Formerly titled "Counterfeit Gospels: Gnostic Writings in the Early Church.
Modern novels and movies claim the Church suppressed secret writings about Christ and his apostles for centuries...and they're right!
If you've heard of The Da Vinci Code, The Last Temptation of Christ, The Jesus Scroll, Holy Blood Holy Grail, Foucault's Pendulum, or The Golden Compass, you've been told that the Church hid the "truth" from the world.
In a way, these novels and movies are right. The Catholic Church did suppress and constrain the publication of these so-called "gospels." And with good reason. The Gnostic writings were circulated by pseudo-Christian sects who had broken communion with the Church. Many Gnostic texts claim to be eye-witness accounts of the apostles or secret divine messages which expand on Christ's public revelation. All of the Gnostic texts contain elements of heresy.
Claims to Secret Knowledge
Gnosticism comes from the Greek word gnosis which means knowledge. In itself, knowledge is no bad thing. However, in the Early Church there were many groups of people who claimed to have received secret revelations about Christ, his mother Mary, or even his apostles.
Among these revelations are those contained in The Secret Book of John, a Gnostic text that rewrites creation and salvation history. It, along with many other Gnostic texts, were excluded from the formal list of the books of the Bible - called the "canon of Scripture" - by the Council of Carthage in 419 A.D. The Secret Book of John details a vision received by John the Apostle from Jesus.
Retelling the Story
Jesus tells John the "secret truth" about the creation of the world. He claims to be the Father, the Mother, and the Son, part of the incorruptible "Monad" - the great spirit who rules over all. In this reimagining of the Holy Trinity, there is the One (the Father), Barbelo, (a female emanence from the One), and Christ.
The Monad created aeons - pairs of male and female spiritual beings who are like angels. One of these aeons, Sophia, sought to conceive a son without her male counterpart. This son was born a monster, and he is called Yaldabaoth. This monster-spirit then becomes the "god" over physical creation.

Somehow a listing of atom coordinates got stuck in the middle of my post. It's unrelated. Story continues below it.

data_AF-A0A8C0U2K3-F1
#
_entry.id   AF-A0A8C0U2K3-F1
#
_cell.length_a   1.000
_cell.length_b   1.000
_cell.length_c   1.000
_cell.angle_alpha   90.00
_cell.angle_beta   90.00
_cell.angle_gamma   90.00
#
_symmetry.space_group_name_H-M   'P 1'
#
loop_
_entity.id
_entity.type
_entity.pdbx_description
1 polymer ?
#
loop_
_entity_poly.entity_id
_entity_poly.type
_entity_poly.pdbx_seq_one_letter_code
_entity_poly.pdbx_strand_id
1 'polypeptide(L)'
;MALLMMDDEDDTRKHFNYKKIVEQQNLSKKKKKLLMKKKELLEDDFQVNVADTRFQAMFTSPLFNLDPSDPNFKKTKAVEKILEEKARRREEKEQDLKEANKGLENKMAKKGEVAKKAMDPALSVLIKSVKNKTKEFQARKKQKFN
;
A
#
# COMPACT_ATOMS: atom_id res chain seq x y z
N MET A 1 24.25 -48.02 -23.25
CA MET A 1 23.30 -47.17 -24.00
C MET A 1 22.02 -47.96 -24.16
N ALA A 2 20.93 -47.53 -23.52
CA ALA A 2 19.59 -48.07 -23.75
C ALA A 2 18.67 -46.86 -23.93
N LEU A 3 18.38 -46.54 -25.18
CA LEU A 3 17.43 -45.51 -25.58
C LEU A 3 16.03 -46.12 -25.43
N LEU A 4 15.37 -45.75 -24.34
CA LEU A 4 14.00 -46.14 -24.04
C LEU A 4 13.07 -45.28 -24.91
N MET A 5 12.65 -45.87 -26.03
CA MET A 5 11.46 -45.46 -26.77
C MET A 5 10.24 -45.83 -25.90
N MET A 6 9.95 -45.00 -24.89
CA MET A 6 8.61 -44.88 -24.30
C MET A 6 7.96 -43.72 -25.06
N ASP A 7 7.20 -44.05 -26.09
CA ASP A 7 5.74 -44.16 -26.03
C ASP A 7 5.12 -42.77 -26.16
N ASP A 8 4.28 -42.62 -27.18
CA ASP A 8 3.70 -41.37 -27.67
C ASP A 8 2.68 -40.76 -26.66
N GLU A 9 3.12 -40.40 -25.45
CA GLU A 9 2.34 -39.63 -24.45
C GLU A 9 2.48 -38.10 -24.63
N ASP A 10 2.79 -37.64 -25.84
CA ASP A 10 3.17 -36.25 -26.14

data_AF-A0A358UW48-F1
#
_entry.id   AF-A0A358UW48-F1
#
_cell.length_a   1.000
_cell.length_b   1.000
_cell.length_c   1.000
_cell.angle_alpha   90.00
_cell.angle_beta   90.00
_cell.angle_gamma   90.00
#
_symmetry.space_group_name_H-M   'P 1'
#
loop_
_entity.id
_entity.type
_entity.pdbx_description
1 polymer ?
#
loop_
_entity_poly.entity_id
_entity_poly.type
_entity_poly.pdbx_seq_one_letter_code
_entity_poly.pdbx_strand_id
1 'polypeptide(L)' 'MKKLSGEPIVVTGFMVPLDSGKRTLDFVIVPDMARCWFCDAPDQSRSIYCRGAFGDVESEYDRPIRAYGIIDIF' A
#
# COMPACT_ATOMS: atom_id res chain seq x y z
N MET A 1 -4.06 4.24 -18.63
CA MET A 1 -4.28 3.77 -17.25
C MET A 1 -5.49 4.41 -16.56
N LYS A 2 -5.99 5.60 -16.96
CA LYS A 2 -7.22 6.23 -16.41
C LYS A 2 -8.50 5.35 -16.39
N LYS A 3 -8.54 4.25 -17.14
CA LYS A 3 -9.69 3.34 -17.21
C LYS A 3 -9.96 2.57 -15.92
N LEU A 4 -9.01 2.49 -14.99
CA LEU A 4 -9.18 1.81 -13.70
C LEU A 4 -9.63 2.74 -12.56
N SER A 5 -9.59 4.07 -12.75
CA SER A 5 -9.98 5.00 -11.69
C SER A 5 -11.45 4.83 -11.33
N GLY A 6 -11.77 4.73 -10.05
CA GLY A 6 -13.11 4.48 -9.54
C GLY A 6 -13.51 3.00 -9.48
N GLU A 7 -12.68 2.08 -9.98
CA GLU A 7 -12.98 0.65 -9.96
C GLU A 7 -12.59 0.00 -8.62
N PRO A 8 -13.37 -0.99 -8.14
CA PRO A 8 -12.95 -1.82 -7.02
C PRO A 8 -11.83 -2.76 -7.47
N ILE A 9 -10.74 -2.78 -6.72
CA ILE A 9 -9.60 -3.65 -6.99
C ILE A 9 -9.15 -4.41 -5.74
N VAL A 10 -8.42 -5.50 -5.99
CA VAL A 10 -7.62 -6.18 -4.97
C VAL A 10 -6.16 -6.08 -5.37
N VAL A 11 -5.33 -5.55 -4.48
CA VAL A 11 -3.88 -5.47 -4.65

According to The Secret Book of John, Yaldabaoth is the Yaweh of the Old Testament; an evil and perverse god who trapped the spiritual souls of Adam and Eve in matter. Yaldabaoth's wicked designs are perpetuated by human procreation... because bringing forth new life into a material world is a process of ensnaring more spiritual souls and trapping them in a physical form.
Get the Truth
In recent years, Gnostic writings like The Secret Book of John have gained in popularity due to references from a variety of media sources. Even those of us who knew the claims in The Da Vinci Code were fictional struggled to articulate the historical truth.
Dr. Michael Waldstein, expert translator and commentator on the Gnostic text of the The Secret Book of John, will guide you through the claims of this false gospel. His commentary will help you understand why this book, and others like it, were excluded from the canon of Scripture. Dr. Waldstein discusses the danger Gnosticism poses to true Christianity - how it attempts to repaint salvation history, divide the so-called "God of the Old Testament" from Jesus Christ in the New Testament, and how it distorts the truth and goodness of God's creation. In this course, you'll get the truth you need to combat any Gnostic misinformation.
Professor Michael Waldstein holds his Doctorate of Philosophy from the University of Dallas, a Licentiate in Sacred Scripture from the Pontifical Biblical Institute in Rome, and his Doctorate of Theology from Harvard University in New Testament and Christian Origins. He is the Max Seckler Professor of Theology at Ave Maria University in Florida. Previously, he taught at the University of Notre Dame and the International Theological institute in Gaming, Austria. His published works include a critical edition of the four Coptic manuscripts of the Secret Book of John, a Gnostic text discovered in the Nag Hammadi codices. His articles have been published in Nova et Vetera, Communio, Anthropotes, and the Journal of Early Christian Studies.